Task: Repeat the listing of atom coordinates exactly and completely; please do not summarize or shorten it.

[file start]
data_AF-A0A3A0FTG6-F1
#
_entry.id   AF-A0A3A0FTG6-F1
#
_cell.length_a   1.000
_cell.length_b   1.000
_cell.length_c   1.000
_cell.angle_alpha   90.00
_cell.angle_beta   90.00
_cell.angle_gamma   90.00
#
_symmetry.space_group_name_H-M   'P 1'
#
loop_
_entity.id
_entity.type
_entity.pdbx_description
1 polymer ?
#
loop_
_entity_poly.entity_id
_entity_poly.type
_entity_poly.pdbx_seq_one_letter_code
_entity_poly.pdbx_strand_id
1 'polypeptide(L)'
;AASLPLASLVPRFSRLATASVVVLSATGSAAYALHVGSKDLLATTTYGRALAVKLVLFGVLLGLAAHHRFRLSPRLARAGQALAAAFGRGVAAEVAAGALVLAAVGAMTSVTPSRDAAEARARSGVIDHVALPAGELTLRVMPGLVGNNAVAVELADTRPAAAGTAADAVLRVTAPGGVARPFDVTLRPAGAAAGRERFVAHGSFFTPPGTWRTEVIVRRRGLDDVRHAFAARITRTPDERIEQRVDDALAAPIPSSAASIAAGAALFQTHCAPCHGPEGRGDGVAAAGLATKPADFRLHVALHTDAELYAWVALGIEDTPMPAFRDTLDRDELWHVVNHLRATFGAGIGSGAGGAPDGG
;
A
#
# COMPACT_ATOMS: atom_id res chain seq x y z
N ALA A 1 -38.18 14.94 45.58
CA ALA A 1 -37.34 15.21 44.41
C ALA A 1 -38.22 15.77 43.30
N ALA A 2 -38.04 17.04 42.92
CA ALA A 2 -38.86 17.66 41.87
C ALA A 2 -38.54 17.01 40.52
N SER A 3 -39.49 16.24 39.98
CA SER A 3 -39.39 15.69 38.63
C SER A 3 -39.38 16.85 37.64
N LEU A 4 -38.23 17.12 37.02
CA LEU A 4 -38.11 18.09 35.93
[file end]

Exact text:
data_AF-A0A3A0FTG6-F1
#
_entry.id   AF-A0A3A0FTG6-F1
#
_cell.length_a   1.000
_cell.length_b   1.000
_cell.length_c   1.000
_cell.angle_alpha   90.00
_cell.angle_beta   90.00
_cell.angle_gamma   90.00
#
_symmetry.space_group_name_H-M   'P 1'
#
loop_
_entity.id
_entity.type
_entity.pdbx_description
1 polymer ?
#
loop_
_entity_poly.entity_id
_entity_poly.type
_entity_poly.pdbx_seq_one_letter_code
_entity_poly.pdbx_strand_id
1 'polypeptide(L)'
;AASLPLASLVPRFSRLATASVVVLSATGSAAYALHVGSKDLLATTTYGRALAVKLVLFGVLLGLAAHHRFRLSPRLARAGQALAAAFGRGVAAEVAAGALVLAAVGAMTSVTPSRDAAEARARSGVIDHVALPAGELTLRVMPGLVGNNAVAVELADTRPAAAGTAADAVLRVTAPGGVARPFDVTLRPAGAAAGRERFVAHGSFFTPPGTWRTEVIVRRRGLDDVRHAFAARITRTPDERIEQRVDDALAAPIPSSAASIAAGAALFQTHCAPCHGPEGRGDGVAAAGLATKPADFRLHVALHTDAELYAWVALGIEDTPMPAFRDTLDRDELWHVVNHLRATFGAGIGSGAGGAPDGG
;
A
#
# COMPACT_ATOMS: atom_id res chain seq x y z
N ALA A 1 -38.18 14.94 45.58
CA ALA A 1 -37.34 15.21 44.41
C ALA A 1 -38.22 15.77 43.30
N ALA A 2 -38.04 17.04 42.92
CA ALA A 2 -38.86 17.66 41.87
C ALA A 2 -38.54 17.01 40.52
N SER A 3 -39.49 16.24 39.98
CA SER A 3 -39.39 15.69 38.63
C SER A 3 -39.38 16.85 37.64
N LEU A 4 -38.23 17.12 37.02
CA LEU A 4 -38.11 18.09 35.93